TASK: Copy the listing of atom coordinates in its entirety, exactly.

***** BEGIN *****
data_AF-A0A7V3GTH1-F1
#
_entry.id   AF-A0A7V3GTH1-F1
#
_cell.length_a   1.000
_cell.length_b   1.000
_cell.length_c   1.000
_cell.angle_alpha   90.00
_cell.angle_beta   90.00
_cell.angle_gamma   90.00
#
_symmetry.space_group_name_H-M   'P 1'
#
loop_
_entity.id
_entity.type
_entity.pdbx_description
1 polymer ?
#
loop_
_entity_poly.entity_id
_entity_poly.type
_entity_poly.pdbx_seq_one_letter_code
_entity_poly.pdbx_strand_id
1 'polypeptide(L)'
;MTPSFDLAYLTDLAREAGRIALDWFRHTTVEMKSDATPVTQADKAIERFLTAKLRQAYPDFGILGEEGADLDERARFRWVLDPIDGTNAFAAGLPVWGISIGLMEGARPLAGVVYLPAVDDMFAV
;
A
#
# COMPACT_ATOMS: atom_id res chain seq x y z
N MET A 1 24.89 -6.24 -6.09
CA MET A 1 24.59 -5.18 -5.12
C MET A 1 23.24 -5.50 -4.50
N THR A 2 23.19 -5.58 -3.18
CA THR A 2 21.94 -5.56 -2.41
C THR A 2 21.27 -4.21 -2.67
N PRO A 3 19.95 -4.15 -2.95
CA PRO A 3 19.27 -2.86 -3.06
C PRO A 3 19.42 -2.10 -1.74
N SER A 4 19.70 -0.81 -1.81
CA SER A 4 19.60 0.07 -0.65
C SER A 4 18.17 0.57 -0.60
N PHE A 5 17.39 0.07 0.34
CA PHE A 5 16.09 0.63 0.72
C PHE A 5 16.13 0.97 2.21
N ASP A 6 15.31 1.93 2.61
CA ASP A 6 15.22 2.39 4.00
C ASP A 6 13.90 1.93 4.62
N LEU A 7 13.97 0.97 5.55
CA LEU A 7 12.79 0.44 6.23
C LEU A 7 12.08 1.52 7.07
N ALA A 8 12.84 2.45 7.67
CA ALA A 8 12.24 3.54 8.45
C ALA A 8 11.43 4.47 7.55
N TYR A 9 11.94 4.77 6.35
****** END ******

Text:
data_AF-A0A7V3GTH1-F1
#
_entry.id   AF-A0A7V3GTH1-F1
#
_cell.length_a   1.000
_cell.length_b   1.000
_cell.length_c   1.000
_cell.angle_alpha   90.00
_cell.angle_beta   90.00
_cell.angle_gamma   90.00
#
_symmetry.space_group_name_H-M   'P 1'
#
loop_
_entity.id
_entity.type
_entity.pdbx_description
1 polymer ?
#
loop_
_entity_poly.entity_id
_entity_poly.type
_entity_poly.pdbx_seq_one_letter_code
_entity_poly.pdbx_strand_id
1 'polypeptide(L)'
;MTPSFDLAYLTDLAREAGRIALDWFRHTTVEMKSDATPVTQADKAIERFLTAKLRQAYPDFGILGEEGADLDERARFRWVLDPIDGTNAFAAGLPVWGISIGLMEGARPLAGVVYLPAVDDMFAV
;
A
#
# COMPACT_ATOMS: atom_id res chain seq x y z
N MET A 1 24.89 -6.24 -6.09
CA MET A 1 24.59 -5.18 -5.12
C MET A 1 23.24 -5.50 -4.50
N THR A 2 23.19 -5.58 -3.18
CA THR A 2 21.94 -5.56 -2.41
C THR A 2 21.27 -4.21 -2.67
N PRO A 3 19.95 -4.15 -2.95
CA PRO A 3 19.27 -2.86 -3.06
C PRO A 3 19.42 -2.10 -1.74
N SER A 4 19.70 -0.81 -1.81
CA SER A 4 19.60 0.07 -0.65
C SER A 4 18.17 0.57 -0.60
N PHE A 5 17.39 0.07 0.34
CA PHE A 5 16.09 0.63 0.72
C PHE A 5 16.13 0.97 2.21
N ASP A 6 15.31 1.93 2.61
CA ASP A 6 15.22 2.39 4.00
C ASP A 6 13.90 1.93 4.62
N LEU A 7 13.97 0.97 5.55
CA LEU A 7 12.79 0.44 6.23
C LEU A 7 12.08 1.52 7.07
N ALA A 8 12.84 2.45 7.67
CA ALA A 8 12.24 3.54 8.45
C ALA A 8 11.43 4.47 7.55
N TYR A 9 11.94 4.77 6.35